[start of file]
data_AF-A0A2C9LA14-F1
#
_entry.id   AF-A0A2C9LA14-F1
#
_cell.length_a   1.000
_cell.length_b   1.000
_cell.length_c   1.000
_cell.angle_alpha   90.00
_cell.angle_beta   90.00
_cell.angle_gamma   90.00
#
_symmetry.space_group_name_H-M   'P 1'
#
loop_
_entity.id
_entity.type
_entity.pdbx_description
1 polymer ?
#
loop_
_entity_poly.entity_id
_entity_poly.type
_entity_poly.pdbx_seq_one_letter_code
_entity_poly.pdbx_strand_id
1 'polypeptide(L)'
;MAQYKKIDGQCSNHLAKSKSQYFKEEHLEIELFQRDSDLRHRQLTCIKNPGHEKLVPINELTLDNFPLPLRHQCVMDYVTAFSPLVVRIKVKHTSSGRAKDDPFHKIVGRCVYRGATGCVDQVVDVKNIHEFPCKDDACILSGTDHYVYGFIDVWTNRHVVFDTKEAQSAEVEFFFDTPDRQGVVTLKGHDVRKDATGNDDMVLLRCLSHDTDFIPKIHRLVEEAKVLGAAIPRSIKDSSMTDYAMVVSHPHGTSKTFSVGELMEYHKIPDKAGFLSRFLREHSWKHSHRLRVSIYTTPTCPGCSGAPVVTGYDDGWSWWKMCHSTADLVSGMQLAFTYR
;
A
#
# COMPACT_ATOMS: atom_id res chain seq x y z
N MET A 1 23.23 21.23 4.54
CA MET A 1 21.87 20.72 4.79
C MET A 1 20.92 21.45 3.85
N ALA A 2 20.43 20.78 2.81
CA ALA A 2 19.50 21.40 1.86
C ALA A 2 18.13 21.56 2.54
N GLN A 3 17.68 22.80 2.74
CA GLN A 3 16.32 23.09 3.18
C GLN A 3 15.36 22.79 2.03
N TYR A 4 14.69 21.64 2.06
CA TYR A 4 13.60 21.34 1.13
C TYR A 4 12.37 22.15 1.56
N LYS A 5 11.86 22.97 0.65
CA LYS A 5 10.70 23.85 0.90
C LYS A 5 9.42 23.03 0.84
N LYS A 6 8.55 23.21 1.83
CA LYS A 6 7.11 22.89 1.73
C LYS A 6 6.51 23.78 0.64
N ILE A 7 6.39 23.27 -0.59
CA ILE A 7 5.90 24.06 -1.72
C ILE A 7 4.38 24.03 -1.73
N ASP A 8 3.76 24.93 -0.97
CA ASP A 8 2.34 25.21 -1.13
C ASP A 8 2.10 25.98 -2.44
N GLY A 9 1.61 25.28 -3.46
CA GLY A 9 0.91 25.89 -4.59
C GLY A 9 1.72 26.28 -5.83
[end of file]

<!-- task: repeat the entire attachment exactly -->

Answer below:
data_AF-A0A2C9LA14-F1
#
_entry.id   AF-A0A2C9LA14-F1
#
_cell.length_a   1.000
_cell.length_b   1.000
_cell.length_c   1.000
_cell.angle_alpha   90.00
_cell.angle_beta   90.00
_cell.angle_gamma   90.00
#
_symmetry.space_group_name_H-M   'P 1'
#
loop_
_entity.id
_entity.type
_entity.pdbx_description
1 polymer ?
#
loop_
_entity_poly.entity_id
_entity_poly.type
_entity_poly.pdbx_seq_one_letter_code
_entity_poly.pdbx_strand_id
1 'polypeptide(L)'
;MAQYKKIDGQCSNHLAKSKSQYFKEEHLEIELFQRDSDLRHRQLTCIKNPGHEKLVPINELTLDNFPLPLRHQCVMDYVTAFSPLVVRIKVKHTSSGRAKDDPFHKIVGRCVYRGATGCVDQVVDVKNIHEFPCKDDACILSGTDHYVYGFIDVWTNRHVVFDTKEAQSAEVEFFFDTPDRQGVVTLKGHDVRKDATGNDDMVLLRCLSHDTDFIPKIHRLVEEAKVLGAAIPRSIKDSSMTDYAMVVSHPHGTSKTFSVGELMEYHKIPDKAGFLSRFLREHSWKHSHRLRVSIYTTPTCPGCSGAPVVTGYDDGWSWWKMCHSTADLVSGMQLAFTYR
;
A
#
# COMPACT_ATOMS: atom_id res chain seq x y z
N MET A 1 23.23 21.23 4.54
CA MET A 1 21.87 20.72 4.79
C MET A 1 20.92 21.45 3.85
N ALA A 2 20.43 20.78 2.81
CA ALA A 2 19.50 21.40 1.86
C ALA A 2 18.13 21.56 2.54
N GLN A 3 17.68 22.80 2.74
CA GLN A 3 16.32 23.09 3.18
C GLN A 3 15.36 22.79 2.03
N TYR A 4 14.69 21.64 2.06
CA TYR A 4 13.60 21.34 1.13
C TYR A 4 12.37 22.15 1.56
N LYS A 5 11.86 22.97 0.65
CA LYS A 5 10.70 23.85 0.90
C LYS A 5 9.42 23.03 0.84
N LYS A 6 8.55 23.21 1.83
CA LYS A 6 7.11 22.89 1.73
C LYS A 6 6.51 23.78 0.64
N ILE A 7 6.39 23.27 -0.59
CA ILE A 7 5.90 24.06 -1.72
C ILE A 7 4.38 24.03 -1.73
N ASP A 8 3.76 24.93 -0.97
CA ASP A 8 2.34 25.21 -1.13
C ASP A 8 2.10 25.98 -2.44
N GLY A 9 1.61 25.28 -3.46
CA GLY A 9 0.91 25.89 -4.59
C GLY A 9 1.72 26.28 -5.83